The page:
Freeze Out Carbon Monoxide Poisoning This Winter When You Turn Up the Heat
Winter is the peak season for carbon monoxide deaths
Cold temperatures gripping people around the nation lead them to turn up the heat in their homes. However, some are resorting to drastic measures to keep warm, raising their risk for poisoning by invisible, odorless, and colorless carbon monoxide.
Many don't know that more people die from carbon monoxide poisoning in winter than in any other season. According to the Centers for Disease Control and Prevention (CDC), it kills more than 400 people each year.
Any fuel-burning heating system can produce carbon monoxide: portable gas generators, fireplaces, wood stoves, charcoal grills, gas heaters, kerosene heaters, gas furnaces, and other fuel-burning appliances all give off the deadly gas.
For these reasons, it is important to follow the below safety tips to freeze out carbon monoxide this winter.
- Install carbon monoxide alarms with battery backup on each level of the home and outside each sleeping area.
- Get a licensed professional to inspect and service heating systems and any other fuel-burning appliances in your house every year, including chimneys and vents.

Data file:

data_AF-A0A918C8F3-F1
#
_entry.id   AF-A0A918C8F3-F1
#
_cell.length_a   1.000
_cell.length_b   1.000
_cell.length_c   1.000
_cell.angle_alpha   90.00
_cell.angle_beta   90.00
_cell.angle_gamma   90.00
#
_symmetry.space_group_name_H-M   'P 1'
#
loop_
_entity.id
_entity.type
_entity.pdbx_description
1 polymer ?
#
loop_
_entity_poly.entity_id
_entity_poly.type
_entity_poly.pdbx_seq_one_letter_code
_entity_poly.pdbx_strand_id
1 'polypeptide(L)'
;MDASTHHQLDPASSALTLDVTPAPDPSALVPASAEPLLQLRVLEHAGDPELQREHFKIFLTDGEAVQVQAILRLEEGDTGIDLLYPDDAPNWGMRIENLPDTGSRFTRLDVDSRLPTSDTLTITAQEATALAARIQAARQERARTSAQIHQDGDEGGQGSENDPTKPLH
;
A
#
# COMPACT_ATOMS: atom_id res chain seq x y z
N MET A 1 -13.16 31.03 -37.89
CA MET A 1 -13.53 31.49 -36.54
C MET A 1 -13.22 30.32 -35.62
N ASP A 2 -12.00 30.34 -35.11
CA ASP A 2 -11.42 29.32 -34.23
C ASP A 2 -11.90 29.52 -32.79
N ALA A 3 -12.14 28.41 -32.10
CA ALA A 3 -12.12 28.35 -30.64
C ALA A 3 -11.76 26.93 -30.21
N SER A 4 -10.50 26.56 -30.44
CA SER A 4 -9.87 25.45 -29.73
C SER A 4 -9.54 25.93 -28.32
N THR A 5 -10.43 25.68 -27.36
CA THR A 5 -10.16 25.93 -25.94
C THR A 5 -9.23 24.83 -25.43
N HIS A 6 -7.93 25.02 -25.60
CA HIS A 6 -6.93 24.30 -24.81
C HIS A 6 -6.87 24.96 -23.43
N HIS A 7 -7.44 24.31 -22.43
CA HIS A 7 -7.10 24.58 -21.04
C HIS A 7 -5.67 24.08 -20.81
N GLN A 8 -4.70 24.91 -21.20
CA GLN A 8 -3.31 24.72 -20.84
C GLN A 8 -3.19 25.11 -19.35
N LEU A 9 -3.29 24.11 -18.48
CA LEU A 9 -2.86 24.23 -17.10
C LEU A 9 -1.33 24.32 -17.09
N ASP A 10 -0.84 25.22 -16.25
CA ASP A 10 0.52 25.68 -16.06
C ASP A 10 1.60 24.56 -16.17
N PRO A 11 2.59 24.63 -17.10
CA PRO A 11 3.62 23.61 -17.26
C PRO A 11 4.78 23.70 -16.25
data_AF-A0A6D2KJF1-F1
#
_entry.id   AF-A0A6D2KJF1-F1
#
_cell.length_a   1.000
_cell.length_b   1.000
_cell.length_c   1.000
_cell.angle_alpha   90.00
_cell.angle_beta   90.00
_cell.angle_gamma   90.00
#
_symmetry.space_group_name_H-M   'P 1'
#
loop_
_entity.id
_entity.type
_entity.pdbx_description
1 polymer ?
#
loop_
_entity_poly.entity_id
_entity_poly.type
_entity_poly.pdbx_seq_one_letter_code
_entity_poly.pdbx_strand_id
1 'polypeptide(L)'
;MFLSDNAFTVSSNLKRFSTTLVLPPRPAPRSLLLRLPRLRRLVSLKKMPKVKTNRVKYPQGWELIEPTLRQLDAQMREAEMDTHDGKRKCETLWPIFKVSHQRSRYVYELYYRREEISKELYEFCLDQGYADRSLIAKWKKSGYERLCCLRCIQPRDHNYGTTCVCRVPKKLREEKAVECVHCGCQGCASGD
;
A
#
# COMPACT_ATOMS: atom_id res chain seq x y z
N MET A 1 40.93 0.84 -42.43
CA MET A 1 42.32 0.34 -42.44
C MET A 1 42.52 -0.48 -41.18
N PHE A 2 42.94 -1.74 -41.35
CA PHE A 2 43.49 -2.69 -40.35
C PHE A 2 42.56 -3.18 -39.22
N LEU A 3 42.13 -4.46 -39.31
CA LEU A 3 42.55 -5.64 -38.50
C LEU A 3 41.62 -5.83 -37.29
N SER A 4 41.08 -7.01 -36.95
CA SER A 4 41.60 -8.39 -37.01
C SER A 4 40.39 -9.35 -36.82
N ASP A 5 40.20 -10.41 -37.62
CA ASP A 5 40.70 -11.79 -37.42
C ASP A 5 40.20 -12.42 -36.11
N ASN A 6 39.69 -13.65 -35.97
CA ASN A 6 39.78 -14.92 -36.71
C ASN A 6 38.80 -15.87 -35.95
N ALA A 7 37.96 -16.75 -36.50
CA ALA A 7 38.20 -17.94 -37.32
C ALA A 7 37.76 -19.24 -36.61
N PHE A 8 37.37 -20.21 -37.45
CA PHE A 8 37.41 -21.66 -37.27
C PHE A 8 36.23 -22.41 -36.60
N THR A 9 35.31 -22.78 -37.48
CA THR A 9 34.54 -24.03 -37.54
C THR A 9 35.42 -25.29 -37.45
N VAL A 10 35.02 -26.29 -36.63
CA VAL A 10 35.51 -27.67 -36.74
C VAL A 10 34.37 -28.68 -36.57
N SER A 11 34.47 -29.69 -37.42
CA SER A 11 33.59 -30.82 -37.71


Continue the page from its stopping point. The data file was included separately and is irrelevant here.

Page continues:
Should Be Done
- Test both smoke and carbon monoxide alarms once per month to ensure they're working.
- Be aware of the symptoms of carbon monoxide poisoning: headache, dizziness, weakness, nausea, vomiting, sleepiness, and confusion.
- Make sure your portable fuel-burning space heaters include an oxygen depletion sensor, which will turn the heater off to prevent carbon monoxide poisoning if oxygen levels begin to fall.
- Before you light a fire, open the fireplace damper and keep it open until the ashes have cooled, particularly at night while people are sleeping. This will avert the buildup of carbon monoxide.
Should Never Be Done
- Never heat your home using a gas oven or stove.
- Never use a kerosene space heater in an enclosed space; always ventilate properly.
- Never use a portable generator inside the house, including the garage, basement, or shed. When using a generator, make sure it is outside at least 20 feet away from the house.
- Never use a charcoal or gas grill inside or outside close to open windows or doors.
Remember: carbon monoxide can't be seen, heard, or smelled, but it can be stopped.